Magical realism is a genre where magic elements are a natural part in an otherwise mundane, realistic environment. It has been said that "Magical realism is a continuation of the romantic realist tradition of Spanish language literature and its European counterparts" (Faris). Magical realism allows the author to expand character's attributes to relatability. One example of this occurs when a character continues to be alive beyond the normal length of life and this is subtly depicted by the character being present throughout many generations.
On the surface the story has no clear magical attributes and everything is conveyed in a real setting, but such a character breaks the rules of our real world. The author may give precise details of the real world such as the date of birth of a reference character and the army recruitment age, but such facts help to define an age for the fantastic character of the story that would turn out to be an abnormal occurrence like someone living for two hundred years. Professor Matthew Strecher defines magic realism as "what happens when a highly detailed, realistic setting is invaded by something too strange to believe".
This critical perspective towards magical realism stems from the Western reader's disassociation with mythology, a root of magical realism more easily understood by non-Western cultures. (Faris) Western confusion regarding magical realism is due to the "conception of the real" created in a magical realist text: rather than explain reality using natural or physical laws, as in typical Western texts, magical realist texts create a reality "in which the relation between incidents, characters, and setting could not be based upon or justified by their status within the physical world or their normal acceptance by bourgeois mentality" (Flores).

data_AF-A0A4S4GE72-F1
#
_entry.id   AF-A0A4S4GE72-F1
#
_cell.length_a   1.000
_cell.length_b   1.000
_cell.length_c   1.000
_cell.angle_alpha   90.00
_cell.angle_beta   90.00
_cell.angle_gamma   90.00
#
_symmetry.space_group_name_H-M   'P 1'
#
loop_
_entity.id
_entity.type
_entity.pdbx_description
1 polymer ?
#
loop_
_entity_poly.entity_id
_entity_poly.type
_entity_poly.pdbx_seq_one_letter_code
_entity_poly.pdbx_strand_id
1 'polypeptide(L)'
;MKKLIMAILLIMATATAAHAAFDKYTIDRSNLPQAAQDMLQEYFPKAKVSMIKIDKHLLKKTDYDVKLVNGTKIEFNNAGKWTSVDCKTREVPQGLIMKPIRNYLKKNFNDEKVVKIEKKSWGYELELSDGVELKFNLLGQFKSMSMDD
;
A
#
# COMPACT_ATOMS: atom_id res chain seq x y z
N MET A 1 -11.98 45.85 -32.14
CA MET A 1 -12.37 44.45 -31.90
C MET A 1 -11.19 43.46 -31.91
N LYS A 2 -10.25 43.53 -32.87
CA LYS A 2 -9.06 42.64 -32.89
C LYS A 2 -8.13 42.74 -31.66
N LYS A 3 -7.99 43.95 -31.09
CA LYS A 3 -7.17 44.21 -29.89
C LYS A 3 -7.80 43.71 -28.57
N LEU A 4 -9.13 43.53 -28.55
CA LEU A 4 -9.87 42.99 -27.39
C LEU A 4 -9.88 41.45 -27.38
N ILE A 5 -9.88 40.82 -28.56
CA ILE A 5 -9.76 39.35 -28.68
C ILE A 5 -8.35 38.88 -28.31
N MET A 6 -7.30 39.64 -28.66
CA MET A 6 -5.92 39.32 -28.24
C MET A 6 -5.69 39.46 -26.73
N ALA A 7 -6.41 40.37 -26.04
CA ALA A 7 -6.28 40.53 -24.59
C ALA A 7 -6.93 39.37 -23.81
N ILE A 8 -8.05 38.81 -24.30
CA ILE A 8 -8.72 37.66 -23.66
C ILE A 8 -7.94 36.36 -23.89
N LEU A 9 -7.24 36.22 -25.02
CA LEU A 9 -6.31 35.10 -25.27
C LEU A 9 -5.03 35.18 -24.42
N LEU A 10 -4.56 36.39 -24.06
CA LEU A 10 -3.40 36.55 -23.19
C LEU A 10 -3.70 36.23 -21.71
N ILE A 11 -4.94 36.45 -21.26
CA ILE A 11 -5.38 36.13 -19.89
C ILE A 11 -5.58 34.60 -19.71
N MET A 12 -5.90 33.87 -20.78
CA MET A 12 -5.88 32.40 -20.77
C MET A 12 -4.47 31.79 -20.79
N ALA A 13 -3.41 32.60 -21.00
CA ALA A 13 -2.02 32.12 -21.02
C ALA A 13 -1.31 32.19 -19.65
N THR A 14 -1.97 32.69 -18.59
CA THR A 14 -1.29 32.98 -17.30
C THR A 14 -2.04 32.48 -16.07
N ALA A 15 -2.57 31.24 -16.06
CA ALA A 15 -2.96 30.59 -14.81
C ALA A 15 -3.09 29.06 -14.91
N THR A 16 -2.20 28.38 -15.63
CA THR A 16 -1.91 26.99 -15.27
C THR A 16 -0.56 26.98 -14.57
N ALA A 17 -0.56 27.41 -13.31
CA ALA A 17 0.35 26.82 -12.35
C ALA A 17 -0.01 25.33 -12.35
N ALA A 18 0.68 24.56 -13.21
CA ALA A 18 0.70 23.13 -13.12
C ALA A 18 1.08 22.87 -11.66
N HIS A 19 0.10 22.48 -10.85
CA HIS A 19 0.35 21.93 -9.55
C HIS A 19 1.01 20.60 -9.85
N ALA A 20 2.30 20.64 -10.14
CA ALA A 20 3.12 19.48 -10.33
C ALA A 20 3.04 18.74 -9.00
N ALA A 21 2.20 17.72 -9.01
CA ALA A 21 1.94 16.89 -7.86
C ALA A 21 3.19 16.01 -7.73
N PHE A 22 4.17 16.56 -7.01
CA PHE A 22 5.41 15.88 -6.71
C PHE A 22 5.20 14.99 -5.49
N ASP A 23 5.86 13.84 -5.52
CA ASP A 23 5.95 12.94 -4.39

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In Sandra Cisneros’, Ghosts and Voices: Writing from Obsession, she details her autobiography and creates a sense of disconnectedness with the world around her. She reveals feeling separated from society in her reading and writing. Her loneliness from being the only daughter in a family of sons and her inability to make friends separates her further from the interactive normalcy of society. “Instead of writing by inspiration, it seems we write by obsessions, of that which is most violently tugging at our psyche… there is the necessary phase of dealing with those ghosts and voices most urgently haunting us, day by day” (Cisneros, Ghosts, 49).
This lack of a sense of belonging results in separation and isolation, which impacts her sense of community and reveals her ideas about her own culture. Cisneros doesn’t use the elements of magical realism to tell her story. Rather she uses her culture’s religious elements to describe her upbringing. It is necessary to understand the culture’s religion in order to achieve a direct representation of its importance to the historical, socio-political, and cultural contexts to the story.
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